Poverty and Income inequalities in the United States

Increasing poverty levels should be a source of concern for the US government and society at large. The estimated rate of poverty in 2008 for example, revealed a 0.7 percentage increase from the previous year – an increase noted to be “the first statistically significant annual increase…since 2004” (US Census Bureaua 2009: 13). The importance of such statistics is that changes in poverty levels are in direct association with level of economic growth especially when the latter is measured in terms of income (Adams 2004). Further income levels are a key indicator of economic growth and disparities in income have been associated to corresponding levels of economic and individual well being (Kim 1997; Qin et al. 2009). Such then informs the assessment of income and various aspects of income inequalities.

Income inequalities have been studied in relation to a number of variables. Earlier studies for example proposed an initial increase in income inequality with per capita income to a peak point beyond which an inverse relationship exist (Kuznets 1955). Other studies have found a direct relationship between income inequality and self-reported health (Zheng 2004). With regard to employment, minority groups have been noted to be more likely aggregated in low status, low paying jobs that are associated with lower levels of education whereas the whites occupy lucrative, and high status jobs associated with a higher education attainment (Hirschman & Kraly 1990; Huffman 2004; Semyonov and Herring 2007). Unemployment rates have also revealed that the whites enjoy proportionately lower levels even when educational capabilities are taken into consideration (Lee, and Mather 2008). Though some changes in occupational, educational and income prospects are noted to have occurred over time (Snipp and Hirschman 2005; Carnoy 1996) the income gap between these minority groups and the majority whites is noted to be still high (Semyonov and Lewin-Epstein 2009). Further studies assessing the inequalities in descending the job ladders in white collar jobs have found out that specific factors favor the downward mobility of the minority groups than the whites (Wilson 2009; Wilson and Roscigno 2009). Such disparities are buttressed in studies that analyze income specific variables such as employment benefits.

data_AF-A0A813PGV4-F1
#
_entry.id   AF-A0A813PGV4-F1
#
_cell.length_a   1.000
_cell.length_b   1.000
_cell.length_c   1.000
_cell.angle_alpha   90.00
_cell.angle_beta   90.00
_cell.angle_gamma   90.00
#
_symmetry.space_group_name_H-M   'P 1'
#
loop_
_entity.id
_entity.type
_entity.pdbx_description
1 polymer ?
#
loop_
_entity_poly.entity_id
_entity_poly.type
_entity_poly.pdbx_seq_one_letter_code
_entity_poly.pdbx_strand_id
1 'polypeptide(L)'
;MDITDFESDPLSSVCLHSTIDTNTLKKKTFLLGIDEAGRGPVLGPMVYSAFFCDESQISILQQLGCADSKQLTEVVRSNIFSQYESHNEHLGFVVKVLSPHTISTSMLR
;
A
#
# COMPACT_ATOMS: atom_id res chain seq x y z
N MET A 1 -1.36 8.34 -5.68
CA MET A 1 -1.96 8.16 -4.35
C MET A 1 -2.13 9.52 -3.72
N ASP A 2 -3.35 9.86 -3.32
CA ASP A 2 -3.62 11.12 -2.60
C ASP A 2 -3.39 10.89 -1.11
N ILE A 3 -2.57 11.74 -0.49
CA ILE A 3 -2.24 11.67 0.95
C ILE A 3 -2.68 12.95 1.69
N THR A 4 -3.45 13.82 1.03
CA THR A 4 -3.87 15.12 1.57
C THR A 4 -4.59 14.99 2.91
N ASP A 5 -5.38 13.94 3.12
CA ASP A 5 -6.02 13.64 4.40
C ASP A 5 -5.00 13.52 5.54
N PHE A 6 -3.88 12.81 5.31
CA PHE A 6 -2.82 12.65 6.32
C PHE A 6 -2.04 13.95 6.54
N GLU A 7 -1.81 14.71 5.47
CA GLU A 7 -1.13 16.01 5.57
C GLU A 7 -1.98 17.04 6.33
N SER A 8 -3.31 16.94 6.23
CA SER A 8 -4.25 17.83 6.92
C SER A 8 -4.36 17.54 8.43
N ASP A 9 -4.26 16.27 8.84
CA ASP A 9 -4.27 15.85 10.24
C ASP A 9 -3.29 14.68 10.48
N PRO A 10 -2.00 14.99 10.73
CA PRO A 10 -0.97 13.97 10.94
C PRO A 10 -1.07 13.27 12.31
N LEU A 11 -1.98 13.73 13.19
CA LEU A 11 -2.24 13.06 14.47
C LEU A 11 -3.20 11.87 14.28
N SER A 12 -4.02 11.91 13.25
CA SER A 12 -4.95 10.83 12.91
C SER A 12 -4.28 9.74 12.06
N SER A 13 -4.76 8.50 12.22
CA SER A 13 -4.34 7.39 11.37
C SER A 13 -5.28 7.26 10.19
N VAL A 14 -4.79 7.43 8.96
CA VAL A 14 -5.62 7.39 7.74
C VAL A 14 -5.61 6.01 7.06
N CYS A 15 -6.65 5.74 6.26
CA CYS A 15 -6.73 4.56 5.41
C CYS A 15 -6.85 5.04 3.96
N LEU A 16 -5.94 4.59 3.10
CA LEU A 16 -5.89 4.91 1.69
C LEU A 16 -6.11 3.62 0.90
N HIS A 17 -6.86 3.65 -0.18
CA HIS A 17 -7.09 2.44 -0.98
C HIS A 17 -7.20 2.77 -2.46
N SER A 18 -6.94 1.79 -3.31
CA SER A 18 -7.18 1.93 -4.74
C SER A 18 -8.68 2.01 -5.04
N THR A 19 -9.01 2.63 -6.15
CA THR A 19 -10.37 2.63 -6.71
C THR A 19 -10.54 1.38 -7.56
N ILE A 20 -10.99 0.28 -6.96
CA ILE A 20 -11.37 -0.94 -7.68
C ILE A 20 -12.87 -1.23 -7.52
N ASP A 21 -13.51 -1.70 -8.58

Racial inequalities are noted not only in the type of employment but also the benefits that accrue from such employment. Some studies have for example found out that differences between white and minority races occur particularly in respect job training paid for by the employer, and pay increments (Yang 2007). These found out that Hispanics would have a lower probability of obtaining “employer paid job training” compared to the whites whereas African Americans would be in a similar scenario as regards pay increments and level of income offered when compared to the whites (Yang 2007:323). Such studies perhaps could explain the inequalities observed in other employment related contributions such as healthcare insurance (US Census Bureaua 2009). go to methodology and results

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